A slippery roving hacker is devoted to revealing the secrets of a mysterious government organization. But the unit’s agents argue their work should remain private from prying civilian eyes. They dismiss the blogger as one of those “pseudo-anarchist hacker types” and insist there are some things the general public is better off not knowing.
“People keep secrets for a reason,” one agent declares.
This is not the plot from the inevitable Edward Snowden movie. It’s a story thread in ABC’s highly anticipated fall drama Marvel’s Agent’s of S.H.I.E.L.D., the heavily buzzed TV-sized spin-off of 2012’s hit film The Avengers about a team of government agents protecting mankind from super-powered threats. The pilot was shot this spring, before the former NSA contractor revealed the U.S. government’s vast data collection program and sparked a worldwide debate about secrets and privacy.
The upcoming show’s unintentional similarities to the current headlines is not lost on those working behind the scenes on the series. “In a world of Wikileaks and the NSA, this show could not be more topical if we timed it,” says Marvel TV head Jeph Loeb, who will present a first-look at footage from the show’s pilot at Comic-Con on Friday. “The world that’s in the story asks: ‘When is it appropriate for us to know secrets and why? And how much do we need to know?’ It all comes back to secrets.”
It’s worth pointing out the secrets being defended in the show are quite different than the real-life debate. The S.H.I.E.L.D. team deals with exotic threats and considers itself “the line between the world and the much weirder world.” Which is a fair conversation, too: How much do we really want to know about the dangers our country faces?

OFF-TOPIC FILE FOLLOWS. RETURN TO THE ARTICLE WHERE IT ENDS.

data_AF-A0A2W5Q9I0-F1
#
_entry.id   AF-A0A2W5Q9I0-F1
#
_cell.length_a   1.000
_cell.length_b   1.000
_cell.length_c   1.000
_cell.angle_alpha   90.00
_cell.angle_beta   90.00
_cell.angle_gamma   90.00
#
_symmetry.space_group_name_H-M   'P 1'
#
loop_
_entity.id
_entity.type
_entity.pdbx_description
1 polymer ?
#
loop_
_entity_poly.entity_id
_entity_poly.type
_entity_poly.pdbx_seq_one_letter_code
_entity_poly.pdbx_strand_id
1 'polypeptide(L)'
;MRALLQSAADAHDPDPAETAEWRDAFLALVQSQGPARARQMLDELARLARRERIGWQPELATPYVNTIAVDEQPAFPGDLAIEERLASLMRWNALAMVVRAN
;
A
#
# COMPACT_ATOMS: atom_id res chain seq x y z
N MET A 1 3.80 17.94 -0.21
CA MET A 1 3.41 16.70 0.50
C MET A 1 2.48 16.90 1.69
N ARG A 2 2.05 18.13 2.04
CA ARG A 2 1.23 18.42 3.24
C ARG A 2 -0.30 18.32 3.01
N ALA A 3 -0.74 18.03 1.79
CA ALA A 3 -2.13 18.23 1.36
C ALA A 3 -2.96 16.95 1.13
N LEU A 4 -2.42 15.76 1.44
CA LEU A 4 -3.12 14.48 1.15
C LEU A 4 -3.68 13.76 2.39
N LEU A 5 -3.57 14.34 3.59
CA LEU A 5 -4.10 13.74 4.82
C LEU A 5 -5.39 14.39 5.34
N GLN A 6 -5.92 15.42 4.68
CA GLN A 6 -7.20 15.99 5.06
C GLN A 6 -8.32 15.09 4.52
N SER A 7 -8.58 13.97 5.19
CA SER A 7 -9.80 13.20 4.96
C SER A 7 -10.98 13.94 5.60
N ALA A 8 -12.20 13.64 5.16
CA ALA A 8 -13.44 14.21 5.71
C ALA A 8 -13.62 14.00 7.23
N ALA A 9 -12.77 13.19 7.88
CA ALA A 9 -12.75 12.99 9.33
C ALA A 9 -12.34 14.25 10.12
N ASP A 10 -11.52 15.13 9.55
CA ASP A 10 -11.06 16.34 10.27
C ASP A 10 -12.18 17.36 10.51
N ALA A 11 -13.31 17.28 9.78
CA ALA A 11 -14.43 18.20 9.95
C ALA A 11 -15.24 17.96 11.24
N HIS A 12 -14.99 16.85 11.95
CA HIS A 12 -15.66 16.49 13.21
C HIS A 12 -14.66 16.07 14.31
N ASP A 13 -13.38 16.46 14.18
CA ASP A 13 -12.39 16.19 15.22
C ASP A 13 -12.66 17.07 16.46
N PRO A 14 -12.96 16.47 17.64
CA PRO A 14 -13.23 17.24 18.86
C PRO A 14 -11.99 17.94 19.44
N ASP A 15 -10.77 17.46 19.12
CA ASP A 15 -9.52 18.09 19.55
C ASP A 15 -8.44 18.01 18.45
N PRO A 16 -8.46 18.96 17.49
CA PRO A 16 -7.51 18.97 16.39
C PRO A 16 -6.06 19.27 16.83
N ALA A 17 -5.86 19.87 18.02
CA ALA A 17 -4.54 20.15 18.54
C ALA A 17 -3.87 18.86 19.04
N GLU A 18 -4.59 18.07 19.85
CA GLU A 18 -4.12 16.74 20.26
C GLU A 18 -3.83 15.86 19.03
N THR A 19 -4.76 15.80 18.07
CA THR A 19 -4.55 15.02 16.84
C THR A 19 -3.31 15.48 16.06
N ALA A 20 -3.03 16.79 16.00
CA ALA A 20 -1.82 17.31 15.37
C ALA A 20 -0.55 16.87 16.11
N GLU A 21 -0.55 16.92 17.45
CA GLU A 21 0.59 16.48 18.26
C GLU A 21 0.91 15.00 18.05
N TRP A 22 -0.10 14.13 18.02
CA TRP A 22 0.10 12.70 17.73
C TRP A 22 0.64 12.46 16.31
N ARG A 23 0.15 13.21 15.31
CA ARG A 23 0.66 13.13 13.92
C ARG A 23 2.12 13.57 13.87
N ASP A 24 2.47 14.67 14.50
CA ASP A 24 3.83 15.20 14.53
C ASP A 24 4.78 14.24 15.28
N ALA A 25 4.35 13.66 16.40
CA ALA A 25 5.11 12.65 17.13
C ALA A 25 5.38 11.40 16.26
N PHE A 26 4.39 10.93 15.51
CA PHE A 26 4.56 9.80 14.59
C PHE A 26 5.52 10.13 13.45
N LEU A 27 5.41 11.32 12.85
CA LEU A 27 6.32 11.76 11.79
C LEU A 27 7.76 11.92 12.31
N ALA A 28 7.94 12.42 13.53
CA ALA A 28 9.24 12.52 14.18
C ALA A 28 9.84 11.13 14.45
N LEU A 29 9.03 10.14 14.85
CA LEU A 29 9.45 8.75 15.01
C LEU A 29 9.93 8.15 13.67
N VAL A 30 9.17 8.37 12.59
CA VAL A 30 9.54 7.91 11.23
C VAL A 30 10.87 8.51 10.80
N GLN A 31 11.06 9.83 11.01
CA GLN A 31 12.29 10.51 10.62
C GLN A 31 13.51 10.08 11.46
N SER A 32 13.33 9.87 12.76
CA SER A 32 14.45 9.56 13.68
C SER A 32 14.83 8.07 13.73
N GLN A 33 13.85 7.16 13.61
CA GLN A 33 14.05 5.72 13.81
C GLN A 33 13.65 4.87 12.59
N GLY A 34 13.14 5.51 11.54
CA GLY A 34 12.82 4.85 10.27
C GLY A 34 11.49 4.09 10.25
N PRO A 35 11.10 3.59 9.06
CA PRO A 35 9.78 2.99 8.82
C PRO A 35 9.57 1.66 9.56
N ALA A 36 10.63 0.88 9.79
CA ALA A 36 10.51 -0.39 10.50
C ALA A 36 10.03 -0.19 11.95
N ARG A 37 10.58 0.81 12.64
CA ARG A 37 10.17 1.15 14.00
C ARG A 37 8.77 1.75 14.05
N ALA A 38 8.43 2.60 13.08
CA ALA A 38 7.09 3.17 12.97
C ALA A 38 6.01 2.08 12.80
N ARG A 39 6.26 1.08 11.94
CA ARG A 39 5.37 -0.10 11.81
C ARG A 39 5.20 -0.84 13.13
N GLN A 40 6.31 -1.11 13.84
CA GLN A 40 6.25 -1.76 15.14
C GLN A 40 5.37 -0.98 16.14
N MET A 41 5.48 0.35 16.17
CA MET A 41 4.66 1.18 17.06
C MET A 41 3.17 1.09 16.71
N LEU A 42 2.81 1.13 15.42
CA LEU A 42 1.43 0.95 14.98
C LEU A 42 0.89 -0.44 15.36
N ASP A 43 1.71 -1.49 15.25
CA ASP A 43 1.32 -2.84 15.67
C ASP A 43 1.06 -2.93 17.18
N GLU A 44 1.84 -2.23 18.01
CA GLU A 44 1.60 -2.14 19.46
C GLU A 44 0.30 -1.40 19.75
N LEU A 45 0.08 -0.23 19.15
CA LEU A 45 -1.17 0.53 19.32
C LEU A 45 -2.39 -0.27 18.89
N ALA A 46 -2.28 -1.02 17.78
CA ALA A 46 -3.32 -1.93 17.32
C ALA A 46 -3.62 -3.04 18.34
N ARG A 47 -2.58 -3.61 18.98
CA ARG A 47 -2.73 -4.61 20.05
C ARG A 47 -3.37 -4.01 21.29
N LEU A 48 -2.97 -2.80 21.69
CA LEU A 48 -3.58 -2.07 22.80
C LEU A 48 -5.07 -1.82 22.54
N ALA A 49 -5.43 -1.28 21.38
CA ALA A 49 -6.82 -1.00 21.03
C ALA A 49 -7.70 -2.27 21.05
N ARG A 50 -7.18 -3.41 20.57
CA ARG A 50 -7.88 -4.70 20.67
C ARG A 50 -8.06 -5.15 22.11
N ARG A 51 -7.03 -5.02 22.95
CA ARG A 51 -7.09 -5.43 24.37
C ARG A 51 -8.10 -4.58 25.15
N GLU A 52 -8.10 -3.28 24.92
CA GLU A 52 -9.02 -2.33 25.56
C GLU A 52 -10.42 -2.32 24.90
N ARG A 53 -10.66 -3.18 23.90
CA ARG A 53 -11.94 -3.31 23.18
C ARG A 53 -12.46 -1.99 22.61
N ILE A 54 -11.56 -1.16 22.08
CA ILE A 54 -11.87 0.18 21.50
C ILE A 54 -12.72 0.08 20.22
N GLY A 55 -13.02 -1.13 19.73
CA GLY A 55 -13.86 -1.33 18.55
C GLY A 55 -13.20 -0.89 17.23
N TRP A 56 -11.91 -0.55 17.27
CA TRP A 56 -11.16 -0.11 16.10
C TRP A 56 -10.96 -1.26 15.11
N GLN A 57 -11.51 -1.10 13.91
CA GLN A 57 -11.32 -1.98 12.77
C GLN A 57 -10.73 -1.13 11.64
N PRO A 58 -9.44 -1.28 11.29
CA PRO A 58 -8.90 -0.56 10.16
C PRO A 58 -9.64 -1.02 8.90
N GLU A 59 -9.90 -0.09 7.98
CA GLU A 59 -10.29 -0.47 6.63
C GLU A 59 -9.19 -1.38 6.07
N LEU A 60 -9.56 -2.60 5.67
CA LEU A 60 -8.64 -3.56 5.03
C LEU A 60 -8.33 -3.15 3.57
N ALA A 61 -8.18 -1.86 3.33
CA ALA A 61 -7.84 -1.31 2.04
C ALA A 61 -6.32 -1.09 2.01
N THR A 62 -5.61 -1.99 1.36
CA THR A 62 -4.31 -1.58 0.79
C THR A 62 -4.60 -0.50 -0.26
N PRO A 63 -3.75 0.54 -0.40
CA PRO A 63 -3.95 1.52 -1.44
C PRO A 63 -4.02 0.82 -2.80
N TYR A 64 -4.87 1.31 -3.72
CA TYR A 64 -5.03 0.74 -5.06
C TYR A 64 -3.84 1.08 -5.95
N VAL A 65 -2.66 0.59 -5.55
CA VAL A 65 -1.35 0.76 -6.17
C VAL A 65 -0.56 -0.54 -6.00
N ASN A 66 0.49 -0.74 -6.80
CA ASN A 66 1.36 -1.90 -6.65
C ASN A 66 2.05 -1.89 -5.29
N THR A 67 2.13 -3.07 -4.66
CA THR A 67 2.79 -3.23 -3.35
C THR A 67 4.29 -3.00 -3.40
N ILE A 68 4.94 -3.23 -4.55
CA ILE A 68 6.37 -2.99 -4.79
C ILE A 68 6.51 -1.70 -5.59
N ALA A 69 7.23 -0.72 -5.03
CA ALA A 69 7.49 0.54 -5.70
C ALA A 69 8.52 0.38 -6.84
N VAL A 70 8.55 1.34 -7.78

Getting a glimpse of the S.H.I.E.L.D. pilot is itself like being granted top-secret access (here’s what we know about it so far). Every completed fall broadcast TV pilot has been widely distributed to reporters and Hollywood insiders, but not S.H.I.E.L.D. Marvel and ABC’s caution is understandable. Sending out screener DVDs could result in a copy getting online — leaking, in other words — and it’s not like S.H.I.E.L.D. is lacking buzz.
Asked why, like S.H.I.E.L.D. agents, Marvel values project privacy so highly, and Loeb says the issue isn’t secrecy for the sake of secrecy, but trying to preserve some wonder in the storytelling experience. “There was a time where the only way you could find out what was going on in television was to read TV Guide. The Internet changed that. Every little thing becomes a story. And we’re just trying to tell our stories before somebody goes out and tells them before us. Have you ever told a joke and somebody else tells the punchline?”
For example, Loeb recounts how the show’s production team drove out to the desert to shoot a scene for the pilot. It’s 7 a.m. and the crew is in the middle of nowhere, and Loeb checked the Internet. “And sure enough, there’s a [photo] that has gone viral overnight of a tractor trailer that was carrying the S.H.I.E.L.D. truck that was photographed on the highway.”
In the action-packed hour-long S.H.I.E.L.D. pilot, the secrecy debate is largely left unresolved, though the show seems to lean toward defending the value of the government hiding certain facts — the S.H.I.E.L.D. team are the show’s heroes, after all.
Yet in the end, Agent Coulson (Clark Gregg) has a very different way of dealing with the meddlesome hacker than what the government has tried so far to snare Snowden. I’m quite tempted to reveal what happens, because it would set up a great ending line for this story. But you know what? Some secrets shouldn’t be spoiled.